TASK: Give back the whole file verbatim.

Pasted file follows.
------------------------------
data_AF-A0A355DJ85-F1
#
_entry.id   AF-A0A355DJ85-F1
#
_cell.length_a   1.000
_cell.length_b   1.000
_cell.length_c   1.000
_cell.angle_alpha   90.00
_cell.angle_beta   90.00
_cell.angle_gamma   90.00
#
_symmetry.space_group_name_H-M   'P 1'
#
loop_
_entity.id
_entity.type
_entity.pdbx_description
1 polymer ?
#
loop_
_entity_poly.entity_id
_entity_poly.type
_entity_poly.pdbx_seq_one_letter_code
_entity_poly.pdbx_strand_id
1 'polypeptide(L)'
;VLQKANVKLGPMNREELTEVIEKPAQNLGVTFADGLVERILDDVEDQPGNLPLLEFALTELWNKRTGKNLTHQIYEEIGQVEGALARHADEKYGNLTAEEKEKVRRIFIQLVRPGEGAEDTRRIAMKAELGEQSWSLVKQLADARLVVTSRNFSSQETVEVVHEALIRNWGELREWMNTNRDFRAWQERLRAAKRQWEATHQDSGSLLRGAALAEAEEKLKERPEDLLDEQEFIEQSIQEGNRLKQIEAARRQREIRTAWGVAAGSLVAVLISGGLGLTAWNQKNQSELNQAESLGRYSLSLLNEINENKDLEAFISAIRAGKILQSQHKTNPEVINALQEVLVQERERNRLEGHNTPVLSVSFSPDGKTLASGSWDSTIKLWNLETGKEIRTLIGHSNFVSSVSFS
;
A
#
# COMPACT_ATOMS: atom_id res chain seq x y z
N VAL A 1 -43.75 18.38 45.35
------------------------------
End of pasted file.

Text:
data_AF-A0A355DJ85-F1
#
_entry.id   AF-A0A355DJ85-F1
#
_cell.length_a   1.000
_cell.length_b   1.000
_cell.length_c   1.000
_cell.angle_alpha   90.00
_cell.angle_beta   90.00
_cell.angle_gamma   90.00
#
_symmetry.space_group_name_H-M   'P 1'
#
loop_
_entity.id
_entity.type
_entity.pdbx_description
1 polymer ?
#
loop_
_entity_poly.entity_id
_entity_poly.type
_entity_poly.pdbx_seq_one_letter_code
_entity_poly.pdbx_strand_id
1 'polypeptide(L)'
;VLQKANVKLGPMNREELTEVIEKPAQNLGVTFADGLVERILDDVEDQPGNLPLLEFALTELWNKRTGKNLTHQIYEEIGQVEGALARHADEKYGNLTAEEKEKVRRIFIQLVRPGEGAEDTRRIAMKAELGEQSWSLVKQLADARLVVTSRNFSSQETVEVVHEALIRNWGELREWMNTNRDFRAWQERLRAAKRQWEATHQDSGSLLRGAALAEAEEKLKERPEDLLDEQEFIEQSIQEGNRLKQIEAARRQREIRTAWGVAAGSLVAVLISGGLGLTAWNQKNQSELNQAESLGRYSLSLLNEINENKDLEAFISAIRAGKILQSQHKTNPEVINALQEVLVQERERNRLEGHNTPVLSVSFSPDGKTLASGSWDSTIKLWNLETGKEIRTLIGHSNFVSSVSFS
;
A
#
# COMPACT_ATOMS: atom_id res chain seq x y z
N VAL A 1 -43.75 18.38 45.35